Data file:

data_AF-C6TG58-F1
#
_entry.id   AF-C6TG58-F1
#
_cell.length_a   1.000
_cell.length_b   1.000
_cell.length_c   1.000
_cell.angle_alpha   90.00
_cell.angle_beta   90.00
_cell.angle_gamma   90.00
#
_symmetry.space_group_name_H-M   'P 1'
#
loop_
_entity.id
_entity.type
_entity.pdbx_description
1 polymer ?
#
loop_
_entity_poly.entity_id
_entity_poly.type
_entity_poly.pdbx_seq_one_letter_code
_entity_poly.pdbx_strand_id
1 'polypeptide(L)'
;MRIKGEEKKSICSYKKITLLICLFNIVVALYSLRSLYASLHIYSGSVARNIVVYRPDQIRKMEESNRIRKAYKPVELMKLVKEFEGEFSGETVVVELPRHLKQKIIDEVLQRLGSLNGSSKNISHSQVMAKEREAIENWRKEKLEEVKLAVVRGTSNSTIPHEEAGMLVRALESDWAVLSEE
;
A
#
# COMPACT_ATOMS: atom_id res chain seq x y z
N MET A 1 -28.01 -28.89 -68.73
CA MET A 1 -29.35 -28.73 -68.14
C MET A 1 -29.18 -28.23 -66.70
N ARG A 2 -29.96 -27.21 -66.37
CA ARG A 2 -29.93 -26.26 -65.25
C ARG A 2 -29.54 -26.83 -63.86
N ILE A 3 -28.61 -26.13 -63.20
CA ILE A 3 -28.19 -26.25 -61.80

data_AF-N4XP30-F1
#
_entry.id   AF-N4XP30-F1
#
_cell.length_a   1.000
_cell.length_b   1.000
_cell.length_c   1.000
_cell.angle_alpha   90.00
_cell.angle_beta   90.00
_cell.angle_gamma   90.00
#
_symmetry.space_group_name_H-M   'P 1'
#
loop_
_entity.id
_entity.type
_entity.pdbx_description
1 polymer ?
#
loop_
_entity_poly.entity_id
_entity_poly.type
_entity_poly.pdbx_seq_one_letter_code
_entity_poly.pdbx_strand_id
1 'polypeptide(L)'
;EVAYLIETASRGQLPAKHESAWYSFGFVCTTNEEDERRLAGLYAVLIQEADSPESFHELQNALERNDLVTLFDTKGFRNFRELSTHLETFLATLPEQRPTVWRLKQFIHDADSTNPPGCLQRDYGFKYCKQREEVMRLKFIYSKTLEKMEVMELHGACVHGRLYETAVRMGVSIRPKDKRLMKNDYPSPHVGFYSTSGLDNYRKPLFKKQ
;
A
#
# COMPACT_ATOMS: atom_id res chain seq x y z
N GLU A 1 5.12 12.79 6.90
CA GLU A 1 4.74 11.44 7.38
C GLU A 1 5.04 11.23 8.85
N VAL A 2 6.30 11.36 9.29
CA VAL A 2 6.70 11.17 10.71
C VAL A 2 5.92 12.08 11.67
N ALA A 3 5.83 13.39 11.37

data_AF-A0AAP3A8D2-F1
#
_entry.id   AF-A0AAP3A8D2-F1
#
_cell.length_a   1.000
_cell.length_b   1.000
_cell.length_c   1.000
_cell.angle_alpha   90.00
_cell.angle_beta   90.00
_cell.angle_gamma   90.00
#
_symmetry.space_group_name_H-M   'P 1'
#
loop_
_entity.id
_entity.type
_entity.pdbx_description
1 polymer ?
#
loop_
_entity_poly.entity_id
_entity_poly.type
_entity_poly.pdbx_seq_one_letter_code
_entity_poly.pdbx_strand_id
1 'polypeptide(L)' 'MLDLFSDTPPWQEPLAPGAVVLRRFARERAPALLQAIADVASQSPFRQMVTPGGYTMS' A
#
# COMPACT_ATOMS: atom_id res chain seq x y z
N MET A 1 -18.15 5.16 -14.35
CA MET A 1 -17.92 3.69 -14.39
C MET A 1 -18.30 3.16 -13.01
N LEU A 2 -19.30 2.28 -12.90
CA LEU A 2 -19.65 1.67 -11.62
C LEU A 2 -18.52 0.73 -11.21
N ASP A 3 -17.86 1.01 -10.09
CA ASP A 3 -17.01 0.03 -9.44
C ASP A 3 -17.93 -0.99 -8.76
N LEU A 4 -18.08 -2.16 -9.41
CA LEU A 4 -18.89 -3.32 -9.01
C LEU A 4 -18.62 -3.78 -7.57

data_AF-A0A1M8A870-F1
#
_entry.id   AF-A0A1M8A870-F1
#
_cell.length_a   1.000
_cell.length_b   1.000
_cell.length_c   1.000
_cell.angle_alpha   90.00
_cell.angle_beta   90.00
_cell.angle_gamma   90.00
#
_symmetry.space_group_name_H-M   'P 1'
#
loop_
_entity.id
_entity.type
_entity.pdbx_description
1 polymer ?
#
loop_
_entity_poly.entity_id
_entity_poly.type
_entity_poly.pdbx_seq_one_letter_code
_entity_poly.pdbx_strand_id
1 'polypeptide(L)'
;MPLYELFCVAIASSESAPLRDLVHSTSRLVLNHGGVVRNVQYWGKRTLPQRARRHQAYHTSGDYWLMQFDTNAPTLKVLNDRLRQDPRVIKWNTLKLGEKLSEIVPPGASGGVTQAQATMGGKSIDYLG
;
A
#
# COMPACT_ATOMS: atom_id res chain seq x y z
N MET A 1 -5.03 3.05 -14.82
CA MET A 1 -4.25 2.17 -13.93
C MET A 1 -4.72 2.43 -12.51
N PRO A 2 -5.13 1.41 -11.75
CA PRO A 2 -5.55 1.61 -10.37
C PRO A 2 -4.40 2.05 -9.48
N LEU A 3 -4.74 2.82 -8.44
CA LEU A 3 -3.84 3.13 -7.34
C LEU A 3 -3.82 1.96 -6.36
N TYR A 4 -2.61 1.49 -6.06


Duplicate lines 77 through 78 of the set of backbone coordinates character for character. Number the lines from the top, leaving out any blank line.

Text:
#
_entry.id   AF-A0AAP3A8D2-F1